What shape does Salafism take in Tunisia after the ban of the Salafi-Jihadi group Ansar al-Shari‘a and the wave of securitization carried out by national authorities? This article argues that a constraining legal context put Salafism’s doctrinal rigidity in tension with its survival and ultimately prompted a residual current of Salafi actors to accommodate their stance toward Malikism, the prevalent school (madhhab) in the country. This adaptation is at odds with contemporary Salafism, which traditionally dismisses all four law schools (lā madhabiyya), rejects their blind imitation (taqlῑd), and claims the superiority of the Qur’an, hadith, and consensus of the salaf (pious predecessors) over jurisprudence ( fiqh). To account for this puzzle, this article scrutinizes the historical development of Salafism and the evolution of its stance toward Malikism across three generational waves. It notably shows how religious securitization associated with the promotion of a “moderate” Islam pushed Salafi actors to redefine their ideology to preserve their preaching and teaching activities. We call Salafi-Malikism the outcome of this adaptive strategy. Drawing on the Tunisian case, we argue that, despite its purist claims, Salafism is not an immutable religious current, but can take different trajectories to survive in constraining environments.

Fabio Merone, Théo Blanc, Ester Sigillò (2021). The Evolution of Tunisian Salafism after the Revolution: From La Maddhabiyya to Salafi-Malikism. INTERNATIONAL JOURNAL OF MIDDLE EAST STUDIES, 53(3), 455-470 [10.1017/S0020743821000143].

The Evolution of Tunisian Salafism after the Revolution: From La Maddhabiyya to Salafi-Malikism

Ester Sigillò
2021

Abstract

What shape does Salafism take in Tunisia after the ban of the Salafi-Jihadi group Ansar al-Shari‘a and the wave of securitization carried out by national authorities? This article argues that a constraining legal context put Salafism’s doctrinal rigidity in tension with its survival and ultimately prompted a residual current of Salafi actors to accommodate their stance toward Malikism, the prevalent school (madhhab) in the country. This adaptation is at odds with contemporary Salafism, which traditionally dismisses all four law schools (lā madhabiyya), rejects their blind imitation (taqlῑd), and claims the superiority of the Qur’an, hadith, and consensus of the salaf (pious predecessors) over jurisprudence ( fiqh). To account for this puzzle, this article scrutinizes the historical development of Salafism and the evolution of its stance toward Malikism across three generational waves. It notably shows how religious securitization associated with the promotion of a “moderate” Islam pushed Salafi actors to redefine their ideology to preserve their preaching and teaching activities. We call Salafi-Malikism the outcome of this adaptive strategy. Drawing on the Tunisian case, we argue that, despite its purist claims, Salafism is not an immutable religious current, but can take different trajectories to survive in constraining environments.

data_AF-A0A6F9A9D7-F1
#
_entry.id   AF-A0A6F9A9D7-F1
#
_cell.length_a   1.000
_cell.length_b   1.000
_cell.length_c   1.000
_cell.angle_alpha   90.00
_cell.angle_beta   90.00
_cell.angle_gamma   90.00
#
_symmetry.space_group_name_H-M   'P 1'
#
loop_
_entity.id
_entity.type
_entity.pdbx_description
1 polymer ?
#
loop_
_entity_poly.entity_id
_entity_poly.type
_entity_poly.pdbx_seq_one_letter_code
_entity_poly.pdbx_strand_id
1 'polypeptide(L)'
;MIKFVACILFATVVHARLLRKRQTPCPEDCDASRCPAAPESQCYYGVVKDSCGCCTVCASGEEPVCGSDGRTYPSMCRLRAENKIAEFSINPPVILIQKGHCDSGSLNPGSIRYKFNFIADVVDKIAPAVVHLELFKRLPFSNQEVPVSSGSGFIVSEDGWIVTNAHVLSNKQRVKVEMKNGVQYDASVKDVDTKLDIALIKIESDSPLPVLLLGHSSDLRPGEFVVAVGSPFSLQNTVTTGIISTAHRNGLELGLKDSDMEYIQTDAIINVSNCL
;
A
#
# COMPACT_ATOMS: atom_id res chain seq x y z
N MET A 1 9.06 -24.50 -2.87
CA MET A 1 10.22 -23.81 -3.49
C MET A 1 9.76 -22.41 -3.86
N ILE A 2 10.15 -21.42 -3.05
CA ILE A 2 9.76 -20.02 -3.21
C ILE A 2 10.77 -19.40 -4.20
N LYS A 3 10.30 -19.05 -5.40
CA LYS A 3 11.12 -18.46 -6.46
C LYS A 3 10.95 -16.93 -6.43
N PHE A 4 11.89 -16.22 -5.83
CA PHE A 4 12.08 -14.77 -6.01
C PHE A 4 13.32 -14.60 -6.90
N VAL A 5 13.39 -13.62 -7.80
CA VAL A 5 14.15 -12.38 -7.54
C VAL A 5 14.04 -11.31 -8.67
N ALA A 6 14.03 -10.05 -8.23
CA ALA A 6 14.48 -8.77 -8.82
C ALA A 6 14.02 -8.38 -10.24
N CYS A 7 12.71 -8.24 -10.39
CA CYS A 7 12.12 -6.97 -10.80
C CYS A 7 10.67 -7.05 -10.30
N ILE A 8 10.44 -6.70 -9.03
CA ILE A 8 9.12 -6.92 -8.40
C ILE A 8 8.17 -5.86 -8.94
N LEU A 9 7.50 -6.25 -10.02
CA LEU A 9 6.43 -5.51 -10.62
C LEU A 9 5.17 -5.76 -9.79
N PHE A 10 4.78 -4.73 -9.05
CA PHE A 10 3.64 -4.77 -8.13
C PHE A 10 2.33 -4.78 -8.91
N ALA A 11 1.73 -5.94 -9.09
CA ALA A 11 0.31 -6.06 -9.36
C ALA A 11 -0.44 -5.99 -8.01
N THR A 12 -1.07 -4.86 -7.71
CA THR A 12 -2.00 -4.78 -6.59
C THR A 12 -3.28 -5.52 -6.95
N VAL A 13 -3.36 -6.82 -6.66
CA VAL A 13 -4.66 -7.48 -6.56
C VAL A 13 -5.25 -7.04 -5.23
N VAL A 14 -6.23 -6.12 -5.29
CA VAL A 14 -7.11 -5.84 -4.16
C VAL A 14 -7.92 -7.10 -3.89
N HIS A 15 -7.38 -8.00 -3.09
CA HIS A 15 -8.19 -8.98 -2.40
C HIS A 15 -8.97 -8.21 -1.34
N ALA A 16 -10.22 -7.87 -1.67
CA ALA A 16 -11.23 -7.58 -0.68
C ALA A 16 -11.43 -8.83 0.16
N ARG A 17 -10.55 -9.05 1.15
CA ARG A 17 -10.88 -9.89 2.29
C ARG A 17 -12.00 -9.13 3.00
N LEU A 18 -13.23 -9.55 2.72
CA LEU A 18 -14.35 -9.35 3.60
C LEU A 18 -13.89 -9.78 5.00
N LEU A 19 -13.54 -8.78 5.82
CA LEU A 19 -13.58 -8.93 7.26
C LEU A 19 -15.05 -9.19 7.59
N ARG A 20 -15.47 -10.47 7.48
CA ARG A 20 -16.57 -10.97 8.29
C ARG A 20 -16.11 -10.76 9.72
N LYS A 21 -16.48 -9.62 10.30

2021
Fabio Merone, Théo Blanc, Ester Sigillò (2021). The Evolution of Tunisian Salafism after the Revolution: From La Maddhabiyya to Salafi-Malikism. INTERNATIONAL JOURNAL OF MIDDLE EAST STUDIES, 53(3), 455-470 [10.1017/S0020743821000143].
Fabio Merone; Théo Blanc; Ester Sigillò;
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Utilizza questo identificativo per citare o creare un link a questo documento: https://hdl.handle.net/11585/821835
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